Azure SQL Data Warehouse, Microsoft’s elastic, cloud-based data warehousing offering for big data workloads, is now offering its customers more detailed performance insights.
The service supports Azure Monitor, revealed Kevin Ngo, program manager of SQL Engineering at Microsoft, in an April 12 announcement. As its name suggests, Azure Monitor is a performance monitoring tool that allows customers to keep track of resource utilization and determine the health of their cloud resources.
The integration “not only enables you to monitor your data warehouse within the Azure portal, but its tight integration between Azure services also enables you to monitor your entire data analytics solution within a single interface,” Ngo added.
Providing up-to-the-minute metrics, Azure Monitor allows users to view CPU consumption and IO (input/output) in near real time, revealing potential bottlenecks that affect performance. Users can also track DWU (data warehouse unit) utilization statistics, including the number of DWUs used for a given workload, or analyze historical data. By default, Azure Monitor retains data warehouse metrics for 90 days.
Azure SQL Data Warehouse also features tighter integration with Azure Analysis Services, a cloud-based analytics engine. Using the Azure Portal management hub, users can simply click on the Model and Cache Data button in the Task view to build semantic models based on information stored in the service.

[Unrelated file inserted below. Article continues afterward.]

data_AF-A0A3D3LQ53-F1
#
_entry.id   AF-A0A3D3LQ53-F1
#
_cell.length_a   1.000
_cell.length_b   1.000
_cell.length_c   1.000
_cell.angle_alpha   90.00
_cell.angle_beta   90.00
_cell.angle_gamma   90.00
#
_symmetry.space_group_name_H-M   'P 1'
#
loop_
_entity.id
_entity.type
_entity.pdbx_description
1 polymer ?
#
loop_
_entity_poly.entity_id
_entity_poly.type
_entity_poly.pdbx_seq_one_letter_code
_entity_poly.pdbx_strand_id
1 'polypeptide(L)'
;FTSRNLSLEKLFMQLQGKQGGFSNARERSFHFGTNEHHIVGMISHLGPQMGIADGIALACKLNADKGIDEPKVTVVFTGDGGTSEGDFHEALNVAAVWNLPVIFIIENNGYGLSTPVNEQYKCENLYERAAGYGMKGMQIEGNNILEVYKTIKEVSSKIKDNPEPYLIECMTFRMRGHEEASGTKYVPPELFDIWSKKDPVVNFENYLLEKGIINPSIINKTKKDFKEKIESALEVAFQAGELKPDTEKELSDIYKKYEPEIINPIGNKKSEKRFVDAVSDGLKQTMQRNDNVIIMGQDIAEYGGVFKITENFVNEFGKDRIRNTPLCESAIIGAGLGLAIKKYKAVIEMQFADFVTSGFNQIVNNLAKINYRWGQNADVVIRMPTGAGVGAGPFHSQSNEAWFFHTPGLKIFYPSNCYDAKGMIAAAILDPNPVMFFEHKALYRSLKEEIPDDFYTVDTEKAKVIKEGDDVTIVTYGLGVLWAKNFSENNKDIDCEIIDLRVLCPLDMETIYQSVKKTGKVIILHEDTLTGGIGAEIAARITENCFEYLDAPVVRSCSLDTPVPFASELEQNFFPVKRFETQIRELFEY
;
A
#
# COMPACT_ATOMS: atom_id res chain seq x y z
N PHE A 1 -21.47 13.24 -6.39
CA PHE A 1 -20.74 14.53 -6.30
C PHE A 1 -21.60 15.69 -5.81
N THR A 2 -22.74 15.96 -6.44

Finally, Microsoft rolled out a new feature that can help organizations trim their cloud costs during times of low activity.
Azure SQL Data Warehouse includes a pause feature that shuts down the service’s compute functionality. An alert will appear in the Azure Portal if it detects active queries before pausing the service, which can cause interruptions to end-user applications, explained Ngo.
Database Backup Flexibility, New Purchasing Model
Microsoft has steadily been bulking up its cloud data platform ecosystem, including some recent changes to Azure SQL Database’s long-term backups.
The service’s backup retention allows customers to manage database backups for up to 10 years. Now, instead of requiring users to deploy and manage a Backup Service Vault for this purpose, SQL Database will now use Azure Blob storage, Microsoft’s object storage solution.
“This new design will enable flexibility for your backup strategy, and overall more control over costs,” noted Alexander Nosov, principal program manager of Azure SQL Database at Microsoft, in a blog. The switch to Blob Storage will allow organizations in all Azure regions to access the service’s long-term retention and data protection capabilities and enable users to configure policies that support weekly, monthly, yearly and “week-within-a-year backups,” he added.
Finally, Microsoft is giving customers a new way to configure and pay for their Azure SQL Databases. Organizations can use the company’s new vCore-based purchasing model for their Azure SQL Database elastic pools or single database deployments.
Under v-Core, users can select between two tiers of service, General Purpose and Business Critical, both of which allow organizations to independently configure the underlying compute and storage resources to strike a suitable balance between price and performance. Microsoft will continue to support the existing DTU (Database Transaction Unit) model and its preconfigured bundles.